The Washington Post dubs quiet quitting as a fresh trem for an old phenomenon: employee disengagement. In many cases, it’s a response to burnout. For much of Gen Z, it’s a way of establishing healthy boundaries in the office and resisting the pressure of the rat race. After all, why work yourself to the bone for a company that just proved it’s ready and willing to let you go?

Despite the term’s negative connotations, Quiet Quitting can provide an empowering shift in thinking for employees.

For far too long, employees have been indoctrinated with a slew of toxic workplace advice. Faced with these old misconceptions and lacking job security or clear paths for advancement, Gen Z is untethering their identities from work.

Quiet quitting — therefore — might be a bit of a misnomer. These employers aren’t completely disengaged. They’re certainly not launching Flight Club-esque sabotage attempts on their employers. NO. Contrary to media panic, Gen Z understands the value of a job — the fickle market they entered ensured that. But they also understand the value of life.

They’re doing what they’re being paid for. Nothing more, nothing less.

According to Chief, a private membership network focused on connecting and supporting women executive leaders, older generations should learn from this approach.

“Gen Z has already endured the largest seismic shifts to the career landscape than any previous generation, having started their careers in the middle of a pandemic that changed office culture forever and a gig economy that makes piecing together work more viable. They’re taking both those realities and therefore demanding more autonomy and flexibility than any other generation.”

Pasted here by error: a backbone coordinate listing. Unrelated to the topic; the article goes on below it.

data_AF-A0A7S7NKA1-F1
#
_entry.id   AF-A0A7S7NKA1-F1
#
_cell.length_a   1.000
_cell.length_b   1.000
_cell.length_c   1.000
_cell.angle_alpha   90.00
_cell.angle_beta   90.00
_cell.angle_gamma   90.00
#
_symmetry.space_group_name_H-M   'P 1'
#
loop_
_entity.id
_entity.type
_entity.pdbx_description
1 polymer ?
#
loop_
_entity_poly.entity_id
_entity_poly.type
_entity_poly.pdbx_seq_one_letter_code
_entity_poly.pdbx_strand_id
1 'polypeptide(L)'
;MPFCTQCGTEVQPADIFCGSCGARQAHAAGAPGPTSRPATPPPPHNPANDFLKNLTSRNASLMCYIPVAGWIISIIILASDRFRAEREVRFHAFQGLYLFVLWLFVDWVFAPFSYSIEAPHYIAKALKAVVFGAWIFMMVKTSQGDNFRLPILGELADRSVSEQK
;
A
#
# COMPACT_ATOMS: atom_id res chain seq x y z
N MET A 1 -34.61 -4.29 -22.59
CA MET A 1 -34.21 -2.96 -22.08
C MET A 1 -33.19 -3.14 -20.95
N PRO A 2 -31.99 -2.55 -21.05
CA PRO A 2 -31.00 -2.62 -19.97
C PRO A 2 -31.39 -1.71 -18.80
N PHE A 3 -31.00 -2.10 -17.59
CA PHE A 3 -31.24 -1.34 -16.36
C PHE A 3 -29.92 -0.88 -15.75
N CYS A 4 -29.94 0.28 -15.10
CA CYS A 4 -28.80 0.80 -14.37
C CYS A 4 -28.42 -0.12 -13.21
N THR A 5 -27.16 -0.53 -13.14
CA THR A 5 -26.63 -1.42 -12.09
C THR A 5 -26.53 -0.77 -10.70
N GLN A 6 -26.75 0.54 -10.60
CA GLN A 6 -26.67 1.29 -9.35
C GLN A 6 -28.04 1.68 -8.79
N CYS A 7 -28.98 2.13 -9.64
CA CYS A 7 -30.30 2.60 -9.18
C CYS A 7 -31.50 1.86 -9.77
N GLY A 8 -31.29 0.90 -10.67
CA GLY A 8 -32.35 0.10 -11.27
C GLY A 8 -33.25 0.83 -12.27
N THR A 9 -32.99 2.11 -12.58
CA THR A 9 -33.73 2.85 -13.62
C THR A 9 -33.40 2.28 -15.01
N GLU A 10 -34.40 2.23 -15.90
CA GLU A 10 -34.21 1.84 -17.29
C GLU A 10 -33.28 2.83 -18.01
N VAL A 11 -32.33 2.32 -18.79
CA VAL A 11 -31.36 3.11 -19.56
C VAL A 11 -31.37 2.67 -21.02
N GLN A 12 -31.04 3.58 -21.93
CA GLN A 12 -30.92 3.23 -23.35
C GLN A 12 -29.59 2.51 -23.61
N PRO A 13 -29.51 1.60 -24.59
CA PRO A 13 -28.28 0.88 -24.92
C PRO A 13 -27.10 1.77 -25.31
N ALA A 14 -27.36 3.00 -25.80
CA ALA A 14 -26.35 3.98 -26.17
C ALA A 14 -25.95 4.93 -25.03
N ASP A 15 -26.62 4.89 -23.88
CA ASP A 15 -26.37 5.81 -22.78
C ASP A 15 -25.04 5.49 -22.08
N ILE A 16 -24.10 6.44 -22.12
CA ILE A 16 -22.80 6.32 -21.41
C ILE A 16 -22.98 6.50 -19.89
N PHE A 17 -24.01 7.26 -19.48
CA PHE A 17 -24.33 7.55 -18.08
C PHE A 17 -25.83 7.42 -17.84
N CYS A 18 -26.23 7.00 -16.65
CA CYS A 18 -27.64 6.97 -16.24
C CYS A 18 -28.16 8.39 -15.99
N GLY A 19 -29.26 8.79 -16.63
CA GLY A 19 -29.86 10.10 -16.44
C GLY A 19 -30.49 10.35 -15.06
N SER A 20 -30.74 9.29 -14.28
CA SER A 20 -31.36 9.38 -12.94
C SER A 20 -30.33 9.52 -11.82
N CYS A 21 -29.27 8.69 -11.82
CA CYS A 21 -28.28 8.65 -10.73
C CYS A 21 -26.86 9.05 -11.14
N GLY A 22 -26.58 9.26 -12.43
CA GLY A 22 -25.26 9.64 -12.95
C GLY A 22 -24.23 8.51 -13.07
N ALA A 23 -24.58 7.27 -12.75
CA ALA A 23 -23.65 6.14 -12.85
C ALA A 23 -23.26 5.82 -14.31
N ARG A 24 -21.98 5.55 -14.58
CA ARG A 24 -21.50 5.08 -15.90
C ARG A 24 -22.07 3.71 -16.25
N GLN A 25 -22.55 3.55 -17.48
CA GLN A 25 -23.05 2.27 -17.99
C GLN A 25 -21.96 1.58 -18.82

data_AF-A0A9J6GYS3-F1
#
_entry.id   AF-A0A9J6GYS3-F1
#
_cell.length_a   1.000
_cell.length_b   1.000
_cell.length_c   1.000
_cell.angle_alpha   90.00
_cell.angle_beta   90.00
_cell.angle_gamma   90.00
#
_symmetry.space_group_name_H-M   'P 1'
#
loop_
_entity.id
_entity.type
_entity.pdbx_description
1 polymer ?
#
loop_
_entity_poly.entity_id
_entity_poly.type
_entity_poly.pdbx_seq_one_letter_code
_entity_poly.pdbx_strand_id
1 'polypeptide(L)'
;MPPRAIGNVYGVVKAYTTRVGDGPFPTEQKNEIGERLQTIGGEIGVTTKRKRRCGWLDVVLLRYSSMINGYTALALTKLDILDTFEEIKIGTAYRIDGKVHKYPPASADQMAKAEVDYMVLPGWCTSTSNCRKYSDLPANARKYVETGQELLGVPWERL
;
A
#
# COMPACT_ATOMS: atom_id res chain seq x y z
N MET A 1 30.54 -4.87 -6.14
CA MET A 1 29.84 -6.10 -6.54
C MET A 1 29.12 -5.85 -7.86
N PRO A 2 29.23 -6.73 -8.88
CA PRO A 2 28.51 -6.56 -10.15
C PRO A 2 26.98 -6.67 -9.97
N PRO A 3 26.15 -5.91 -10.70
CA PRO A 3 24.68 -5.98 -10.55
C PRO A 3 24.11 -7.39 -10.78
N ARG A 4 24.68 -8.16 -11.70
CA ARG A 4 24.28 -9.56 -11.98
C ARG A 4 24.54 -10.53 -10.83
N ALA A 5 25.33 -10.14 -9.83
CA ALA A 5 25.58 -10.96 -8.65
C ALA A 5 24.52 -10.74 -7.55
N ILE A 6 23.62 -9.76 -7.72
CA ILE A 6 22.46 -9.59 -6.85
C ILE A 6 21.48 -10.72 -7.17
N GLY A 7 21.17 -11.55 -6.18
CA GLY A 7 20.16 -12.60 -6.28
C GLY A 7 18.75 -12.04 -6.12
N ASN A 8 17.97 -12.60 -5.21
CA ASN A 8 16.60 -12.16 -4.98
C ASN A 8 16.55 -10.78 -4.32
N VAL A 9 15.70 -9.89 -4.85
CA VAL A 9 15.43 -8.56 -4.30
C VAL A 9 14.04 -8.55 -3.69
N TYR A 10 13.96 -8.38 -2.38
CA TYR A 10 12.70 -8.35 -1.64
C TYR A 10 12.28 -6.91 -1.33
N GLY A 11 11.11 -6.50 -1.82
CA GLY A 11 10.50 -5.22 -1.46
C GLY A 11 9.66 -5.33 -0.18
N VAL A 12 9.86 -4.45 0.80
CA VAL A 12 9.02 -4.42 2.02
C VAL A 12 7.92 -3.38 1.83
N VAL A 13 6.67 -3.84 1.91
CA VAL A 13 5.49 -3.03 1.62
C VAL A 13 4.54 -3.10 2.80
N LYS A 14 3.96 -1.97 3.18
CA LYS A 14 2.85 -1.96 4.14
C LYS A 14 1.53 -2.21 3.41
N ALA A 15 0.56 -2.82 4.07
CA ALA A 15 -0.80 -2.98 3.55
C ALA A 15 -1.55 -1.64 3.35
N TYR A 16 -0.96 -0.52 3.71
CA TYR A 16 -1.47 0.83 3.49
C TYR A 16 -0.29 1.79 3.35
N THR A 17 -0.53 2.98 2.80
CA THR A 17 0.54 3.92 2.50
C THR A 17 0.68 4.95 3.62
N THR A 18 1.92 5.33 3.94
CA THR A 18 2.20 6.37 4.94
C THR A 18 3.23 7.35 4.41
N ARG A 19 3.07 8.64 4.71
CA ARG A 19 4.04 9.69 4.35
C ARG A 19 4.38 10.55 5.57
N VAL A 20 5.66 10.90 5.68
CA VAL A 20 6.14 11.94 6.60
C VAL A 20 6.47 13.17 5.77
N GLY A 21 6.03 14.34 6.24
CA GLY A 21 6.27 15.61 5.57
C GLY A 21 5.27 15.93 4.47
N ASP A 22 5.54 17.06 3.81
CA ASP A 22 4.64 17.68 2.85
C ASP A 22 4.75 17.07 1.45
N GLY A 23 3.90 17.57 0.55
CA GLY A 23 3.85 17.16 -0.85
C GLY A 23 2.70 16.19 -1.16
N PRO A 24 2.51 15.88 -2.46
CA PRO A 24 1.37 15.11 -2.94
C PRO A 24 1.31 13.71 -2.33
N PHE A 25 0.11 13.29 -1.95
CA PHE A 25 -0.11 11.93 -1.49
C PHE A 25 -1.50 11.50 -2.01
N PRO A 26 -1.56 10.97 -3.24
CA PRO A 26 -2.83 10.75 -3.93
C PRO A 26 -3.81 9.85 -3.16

Gen Z are less attached to job titles and statuses. They’re more concerned about their lives. Sure, this can lead to problematic outlooks on money and experiences — see the “I can earn my money back” TikTok trend. But it’s better than hustling for no reward. Besides, as some Gen Z-ers put it on TikTok, the office isn’t even a vibe.

“With the ability to work from anywhere and for more than just one place, Gen Z-ers are forging their own paths that don’t rely on old patterns set by previous generations and are redefining what “career success” looks like. Gen Z can take note, as more and more leaders are similarly pursuing multiple income streams of their own through the form of a portfolio career. The way in which work looks like and where it happens is evolving.”

With less single-minded focus on one job, some TikTok business gurus advocate shutting your laptops precisely at 5 pm. And then jump onto your side hustle. Do nails or lashes on the weekend. Become social media managers for your phone. Sell soap on Etsy (again … perhaps not in the Fight Club way).

But this valorization of side hustles is not about hustle culture, either. They say job security isn’t guaranteed. Learning new skills and develop an alternate income stream/s to keep you afloat. Just make sure you’re not left in the lurch. BTW inflation is here. So every little bit helps.

But where do you start? Watching TikToks can only get you so far. Try a course on LinkedIn Learning to sharpen up your skills and learn new ones that you can turn into a verifiable side hustle — or leverage in your job search if quiet quitting leads to … real quitting.

Learn on your own time with bite-sized videos or in-depth courses. Watch them after work, before you clock in, or on your lunch break. Then, after your courses are complete, you’ll have certificates prominently displayed on your profile that prove your skills.